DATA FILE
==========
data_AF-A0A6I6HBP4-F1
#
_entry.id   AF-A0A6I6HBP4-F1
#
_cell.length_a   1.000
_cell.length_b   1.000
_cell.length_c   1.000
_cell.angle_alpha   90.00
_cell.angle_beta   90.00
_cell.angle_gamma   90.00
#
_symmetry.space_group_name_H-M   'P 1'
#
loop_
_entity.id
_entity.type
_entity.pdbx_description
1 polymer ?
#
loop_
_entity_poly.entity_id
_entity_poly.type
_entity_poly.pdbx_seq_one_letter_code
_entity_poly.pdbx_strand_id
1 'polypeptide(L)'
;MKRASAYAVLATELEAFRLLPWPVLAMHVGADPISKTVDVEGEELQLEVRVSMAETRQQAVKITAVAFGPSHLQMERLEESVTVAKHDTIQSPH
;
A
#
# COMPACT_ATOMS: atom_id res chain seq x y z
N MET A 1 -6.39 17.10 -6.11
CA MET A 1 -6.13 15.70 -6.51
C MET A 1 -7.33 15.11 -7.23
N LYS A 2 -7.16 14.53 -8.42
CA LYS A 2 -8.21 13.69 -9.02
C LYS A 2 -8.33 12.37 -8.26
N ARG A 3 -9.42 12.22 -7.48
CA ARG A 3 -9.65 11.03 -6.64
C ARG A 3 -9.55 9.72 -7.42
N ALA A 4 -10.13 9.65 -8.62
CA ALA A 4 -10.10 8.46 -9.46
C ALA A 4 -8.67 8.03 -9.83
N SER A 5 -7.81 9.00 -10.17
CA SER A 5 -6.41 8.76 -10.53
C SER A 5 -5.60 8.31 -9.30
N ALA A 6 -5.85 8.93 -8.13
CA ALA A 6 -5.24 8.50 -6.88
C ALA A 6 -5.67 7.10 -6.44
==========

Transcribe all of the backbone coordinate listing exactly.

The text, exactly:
data_AF-A0A6I6HBP4-F1
#
_entry.id   AF-A0A6I6HBP4-F1
#
_cell.length_a   1.000
_cell.length_b   1.000
_cell.length_c   1.000
_cell.angle_alpha   90.00
_cell.angle_beta   90.00
_cell.angle_gamma   90.00
#
_symmetry.space_group_name_H-M   'P 1'
#
loop_
_entity.id
_entity.type
_entity.pdbx_description
1 polymer ?
#
loop_
_entity_poly.entity_id
_entity_poly.type
_entity_poly.pdbx_seq_one_letter_code
_entity_poly.pdbx_strand_id
1 'polypeptide(L)'
;MKRASAYAVLATELEAFRLLPWPVLAMHVGADPISKTVDVEGEELQLEVRVSMAETRQQAVKITAVAFGPSHLQMERLEESVTVAKHDTIQSPH
;
A
#
# COMPACT_ATOMS: atom_id res chain seq x y z
N MET A 1 -6.39 17.10 -6.11
CA MET A 1 -6.13 15.70 -6.51
C MET A 1 -7.33 15.11 -7.23
N LYS A 2 -7.16 14.53 -8.42
CA LYS A 2 -8.21 13.69 -9.02
C LYS A 2 -8.33 12.37 -8.26
N ARG A 3 -9.42 12.22 -7.48
CA ARG A 3 -9.65 11.03 -6.64
C ARG A 3 -9.55 9.72 -7.42
N ALA A 4 -10.13 9.65 -8.62
CA ALA A 4 -10.10 8.46 -9.46
C ALA A 4 -8.67 8.03 -9.83
N SER A 5 -7.81 9.00 -10.17
CA SER A 5 -6.41 8.76 -10.53
C SER A 5 -5.60 8.31 -9.30
N ALA A 6 -5.85 8.93 -8.13
CA ALA A 6 -5.24 8.50 -6.88
C ALA A 6 -5.67 7.10 -6.44